Adapted from: Teaching Computer Science through Game Design by Mark Overmars, IEEE Computer, April 2004 (Vol 37, No 4).
Playing computer games is a very popular recreational activity among university students. Indeed, many of them would love to create their own computer game if they could. So why not use game design as a vehicle to teach them computer science?
Developing computer games involves many aspects of computing, including computer graphics, artificial intelligence, human-computer interaction, security, distributed programming, simulation, and software engineering. Thus, computer games provide a way to learn about many fundamental principles of computer science.
Moreover, game development also brings into play aspects of the liberal arts, the social sciences, and psychology. Thus, students would be able to see a fascinating synergy between art and science that results in spectacular entertainment.
Creating a state-of-the-art commercial computer game is an incredibly difficult task that typically requires a multimillion-dollar budget and a development team that includes 40 or more people.
Consequently, in this course, students will be asked to implement simpler games of their own choosing, such as Pac-Man, Space Invaders, or simple platform games.
Moreover, they will be asked to use "Game Maker", rather than a traditional programming language. With Game maker's drag-and-drop techniques, students can create games without writing a single line of code -- which is important given that this is a general education course designed to appeal to students of all majors.
To introduce non-computing majors to fundamental computer science principles by way of computer games and to also show them the synergy between art and science in game development.
The academic objects are three-fold: (1) to demonstrate fundamental computer science principles through computer games; (2) to demonstrate how art and science can mix to produce compelling computer games; and (3) to actually have the students build a computer game using "Game Maker".
This is a general education course. It serves all non-computing students.
The following course may appear similar:
SOMA9740 Narrative and Gameplay
This course provides a detailed examination of screen based media in both popular cinema and interactive games. Principles of narrative structure are introduced, with a detailed examination of the roles of archetype, genre and myth in the development of narrative experience. Students undertake creative exercises in the development of scenarios based on these principles. These concepts lead into a detailed examination of the games media its history and current developments in both technology and gameplay as they relate to use experience. Different games are explored from a theoretical point of view, while students develop original scenarios for their own games.
However, the proposed course will cover not just the "art" part, but also the "computer science" part. Moreover, students will create a game of their choosing using "Game Maker".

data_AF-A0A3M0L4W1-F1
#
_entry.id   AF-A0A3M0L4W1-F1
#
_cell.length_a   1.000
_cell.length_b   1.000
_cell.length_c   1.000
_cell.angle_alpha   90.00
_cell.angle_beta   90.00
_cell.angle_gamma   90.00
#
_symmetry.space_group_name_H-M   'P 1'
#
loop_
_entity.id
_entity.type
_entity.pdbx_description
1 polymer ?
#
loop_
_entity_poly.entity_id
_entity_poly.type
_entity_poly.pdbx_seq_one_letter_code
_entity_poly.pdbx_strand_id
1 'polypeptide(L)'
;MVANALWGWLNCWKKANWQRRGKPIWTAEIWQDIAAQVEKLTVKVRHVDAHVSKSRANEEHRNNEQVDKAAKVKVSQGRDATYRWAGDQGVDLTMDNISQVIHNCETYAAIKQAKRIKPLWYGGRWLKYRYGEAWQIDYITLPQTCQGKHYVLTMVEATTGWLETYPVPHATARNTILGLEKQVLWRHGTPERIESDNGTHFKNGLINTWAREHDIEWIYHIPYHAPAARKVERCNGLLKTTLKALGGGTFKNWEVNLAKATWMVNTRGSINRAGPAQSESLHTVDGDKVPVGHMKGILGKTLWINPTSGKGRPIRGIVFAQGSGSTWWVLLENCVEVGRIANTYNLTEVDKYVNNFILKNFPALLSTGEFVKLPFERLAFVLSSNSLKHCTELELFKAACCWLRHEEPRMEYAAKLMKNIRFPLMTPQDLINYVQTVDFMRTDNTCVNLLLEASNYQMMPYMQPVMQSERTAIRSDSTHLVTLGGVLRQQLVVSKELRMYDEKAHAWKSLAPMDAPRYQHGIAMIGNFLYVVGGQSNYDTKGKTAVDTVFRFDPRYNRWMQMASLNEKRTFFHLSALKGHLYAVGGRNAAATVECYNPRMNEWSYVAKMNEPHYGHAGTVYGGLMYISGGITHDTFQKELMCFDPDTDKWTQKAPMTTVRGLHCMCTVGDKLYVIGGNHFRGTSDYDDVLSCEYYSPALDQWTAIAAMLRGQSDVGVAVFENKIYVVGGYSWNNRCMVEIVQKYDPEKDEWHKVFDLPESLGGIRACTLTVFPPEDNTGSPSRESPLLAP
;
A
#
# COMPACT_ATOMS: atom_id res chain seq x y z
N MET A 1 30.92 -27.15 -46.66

As mentioned above, there is some overlap with SOMA9740 Narrative and Gameplay
See comments above.
I would expect an enrollment of at least 100 students / session due to the popularity of computer games and the fact that students would create computer games of their choosing using "Game Maker".
This is a general education course, so there are no prerequisites.
The assignment involves creating a computer game using a "Game Maker":
http://www.cs.uu.nl/docs/vakken/gds/ (university course that uses game maker)
(Handbook entry adapted from http://www.eecs.umich.edu/~soar/Classes/494/ and Teaching Computer Science through Game Design paper)
In this course we will study the art and science of computer game design. Game design brings into play the liberal arts, the social sciences, and psychology. Moreover, game design also brings into play scientific concepts from computing such as computer graphics, artificial intelligence, human-computer interaction, security, distributed programming, simulation, and software engineering. In this course, you will build a computer game of your choosing using the "Game Maker" software. Game Maker can be used to build games without writing a single line of code.
Book: Andrew Rollings, Ernest Adams, On Game Design, New Riders Publishing, 2003, ISBN 1-5927-3001-9.
Similar to: http://www.cs.uu.nl/docs/vakken/gds/overview.htm.
(We will likely also spend some time on "high concept" games such as "Black and White" and "The Sims", perhaps emphasizing the "art" part more than the course syllabus below copied from http://www.cs.uu.nl/docs/vakken/gds/overview.htm. Moreover, we will discuss research issues such as how to advance plot points in the presence of freedom.)
The assignment will be done using "Game Maker", which runs only on Windows and requires DirectX 5+.
Of course, if the vast majority of students have Windows at home (or access to Windows from their school), then perhaps CSE need not provide a lab for them to use. However, if this is not the case, then not providing a lab may end up reducing enrollment.
See above comment about "Game Maker".
Incidentally, there are free and commercial versions of Game Maker. The free one is missing some features such as networking but can still be used to make interesting games.
There is a site license available for Game Maker, but it is a bit problematic since it does not allow students to use the commercial version at home.
UNSW's CRICOS Provider No. is 00098G